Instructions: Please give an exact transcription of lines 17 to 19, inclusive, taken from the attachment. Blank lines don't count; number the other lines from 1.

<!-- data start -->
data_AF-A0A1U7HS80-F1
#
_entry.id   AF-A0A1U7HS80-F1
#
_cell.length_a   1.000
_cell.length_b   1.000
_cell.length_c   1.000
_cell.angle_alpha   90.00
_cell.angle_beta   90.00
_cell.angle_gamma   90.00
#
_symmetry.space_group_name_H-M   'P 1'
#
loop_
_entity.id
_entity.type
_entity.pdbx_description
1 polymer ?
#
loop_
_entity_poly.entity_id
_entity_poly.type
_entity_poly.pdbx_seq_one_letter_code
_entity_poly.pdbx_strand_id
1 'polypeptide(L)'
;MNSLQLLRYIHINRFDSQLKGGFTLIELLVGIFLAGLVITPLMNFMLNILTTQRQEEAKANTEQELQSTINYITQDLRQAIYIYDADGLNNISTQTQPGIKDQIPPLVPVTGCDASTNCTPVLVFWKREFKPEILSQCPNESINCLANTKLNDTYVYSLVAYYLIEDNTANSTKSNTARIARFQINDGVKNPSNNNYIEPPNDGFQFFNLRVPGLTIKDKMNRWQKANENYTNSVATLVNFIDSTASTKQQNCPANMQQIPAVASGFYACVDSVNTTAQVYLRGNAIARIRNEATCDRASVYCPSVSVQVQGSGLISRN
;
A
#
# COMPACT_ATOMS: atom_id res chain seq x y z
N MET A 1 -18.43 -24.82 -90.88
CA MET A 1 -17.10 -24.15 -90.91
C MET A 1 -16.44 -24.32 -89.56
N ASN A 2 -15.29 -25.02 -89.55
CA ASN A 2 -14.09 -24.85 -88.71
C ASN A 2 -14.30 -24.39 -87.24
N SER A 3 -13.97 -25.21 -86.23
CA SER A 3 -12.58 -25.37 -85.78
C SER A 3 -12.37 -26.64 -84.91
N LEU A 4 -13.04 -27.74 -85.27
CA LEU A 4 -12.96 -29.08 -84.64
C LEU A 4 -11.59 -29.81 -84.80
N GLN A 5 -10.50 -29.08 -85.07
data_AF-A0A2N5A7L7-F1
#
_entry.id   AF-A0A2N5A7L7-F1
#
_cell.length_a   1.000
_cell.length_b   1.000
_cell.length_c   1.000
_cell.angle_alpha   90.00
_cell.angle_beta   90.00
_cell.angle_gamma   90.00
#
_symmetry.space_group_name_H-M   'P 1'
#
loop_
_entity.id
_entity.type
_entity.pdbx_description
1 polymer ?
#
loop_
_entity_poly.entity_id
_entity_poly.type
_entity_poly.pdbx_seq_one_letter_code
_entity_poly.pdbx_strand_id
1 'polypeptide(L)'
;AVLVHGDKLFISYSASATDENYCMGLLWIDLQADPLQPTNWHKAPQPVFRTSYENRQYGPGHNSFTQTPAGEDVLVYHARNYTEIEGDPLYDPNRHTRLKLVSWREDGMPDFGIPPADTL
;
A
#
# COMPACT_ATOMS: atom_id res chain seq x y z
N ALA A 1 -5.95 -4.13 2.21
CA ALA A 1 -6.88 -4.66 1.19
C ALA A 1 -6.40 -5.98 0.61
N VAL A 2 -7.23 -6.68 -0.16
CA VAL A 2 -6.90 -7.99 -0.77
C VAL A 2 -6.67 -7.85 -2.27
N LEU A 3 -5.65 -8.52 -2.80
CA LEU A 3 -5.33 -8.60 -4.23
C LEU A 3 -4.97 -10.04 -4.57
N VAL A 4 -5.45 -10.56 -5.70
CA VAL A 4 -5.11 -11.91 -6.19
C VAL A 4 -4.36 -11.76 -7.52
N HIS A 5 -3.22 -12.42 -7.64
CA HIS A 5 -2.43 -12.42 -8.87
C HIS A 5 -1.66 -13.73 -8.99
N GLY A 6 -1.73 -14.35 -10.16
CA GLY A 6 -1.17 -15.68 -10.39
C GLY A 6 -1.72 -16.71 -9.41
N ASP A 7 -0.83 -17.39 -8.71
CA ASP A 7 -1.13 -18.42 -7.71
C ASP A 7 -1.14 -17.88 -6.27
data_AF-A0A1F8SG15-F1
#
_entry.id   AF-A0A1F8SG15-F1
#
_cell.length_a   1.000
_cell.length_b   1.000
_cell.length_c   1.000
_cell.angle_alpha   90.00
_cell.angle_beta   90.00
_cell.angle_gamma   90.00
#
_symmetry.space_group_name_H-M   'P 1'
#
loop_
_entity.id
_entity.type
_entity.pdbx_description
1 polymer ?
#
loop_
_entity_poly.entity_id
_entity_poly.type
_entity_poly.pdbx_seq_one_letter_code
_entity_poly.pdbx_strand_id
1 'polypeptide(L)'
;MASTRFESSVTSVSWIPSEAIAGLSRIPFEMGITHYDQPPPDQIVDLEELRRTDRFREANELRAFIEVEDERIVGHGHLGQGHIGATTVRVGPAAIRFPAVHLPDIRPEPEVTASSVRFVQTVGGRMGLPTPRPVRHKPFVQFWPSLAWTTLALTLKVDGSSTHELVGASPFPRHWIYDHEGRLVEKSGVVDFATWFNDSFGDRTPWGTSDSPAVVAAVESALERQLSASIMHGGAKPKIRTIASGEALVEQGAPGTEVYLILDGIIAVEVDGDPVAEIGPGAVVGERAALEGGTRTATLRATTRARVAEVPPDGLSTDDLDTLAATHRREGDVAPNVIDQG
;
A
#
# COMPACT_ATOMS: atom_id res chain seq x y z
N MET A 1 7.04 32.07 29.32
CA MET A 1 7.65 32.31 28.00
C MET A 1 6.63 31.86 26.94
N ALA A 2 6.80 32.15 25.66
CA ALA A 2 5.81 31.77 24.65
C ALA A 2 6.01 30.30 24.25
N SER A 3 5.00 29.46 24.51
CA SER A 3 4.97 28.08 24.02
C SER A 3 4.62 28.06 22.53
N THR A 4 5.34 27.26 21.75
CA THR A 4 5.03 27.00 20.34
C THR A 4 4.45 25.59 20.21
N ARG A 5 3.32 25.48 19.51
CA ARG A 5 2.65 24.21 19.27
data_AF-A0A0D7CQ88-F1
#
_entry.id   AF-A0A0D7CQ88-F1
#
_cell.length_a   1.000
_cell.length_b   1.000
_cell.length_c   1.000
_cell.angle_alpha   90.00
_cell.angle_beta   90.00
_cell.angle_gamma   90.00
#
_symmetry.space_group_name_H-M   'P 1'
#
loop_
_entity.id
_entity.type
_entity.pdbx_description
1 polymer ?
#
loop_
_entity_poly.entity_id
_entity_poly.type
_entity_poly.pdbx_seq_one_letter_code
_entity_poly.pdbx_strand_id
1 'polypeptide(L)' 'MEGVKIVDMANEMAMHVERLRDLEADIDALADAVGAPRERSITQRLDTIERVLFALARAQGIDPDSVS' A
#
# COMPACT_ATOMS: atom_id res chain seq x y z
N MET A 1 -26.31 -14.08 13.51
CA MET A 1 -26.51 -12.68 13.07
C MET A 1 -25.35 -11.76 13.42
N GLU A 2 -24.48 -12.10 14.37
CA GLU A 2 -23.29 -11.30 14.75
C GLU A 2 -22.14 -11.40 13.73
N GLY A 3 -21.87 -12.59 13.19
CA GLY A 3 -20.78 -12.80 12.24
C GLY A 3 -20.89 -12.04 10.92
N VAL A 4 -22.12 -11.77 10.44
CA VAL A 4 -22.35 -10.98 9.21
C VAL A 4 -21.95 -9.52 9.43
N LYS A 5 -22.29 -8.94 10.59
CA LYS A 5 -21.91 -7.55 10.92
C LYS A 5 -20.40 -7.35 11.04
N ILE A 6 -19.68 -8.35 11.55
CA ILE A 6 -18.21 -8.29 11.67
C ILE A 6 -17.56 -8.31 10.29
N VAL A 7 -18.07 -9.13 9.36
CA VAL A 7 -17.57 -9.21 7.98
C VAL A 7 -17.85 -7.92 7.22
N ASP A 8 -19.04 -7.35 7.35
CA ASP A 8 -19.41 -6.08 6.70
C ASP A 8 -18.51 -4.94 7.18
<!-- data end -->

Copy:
_entity.pdbx_description
1 polymer ?
#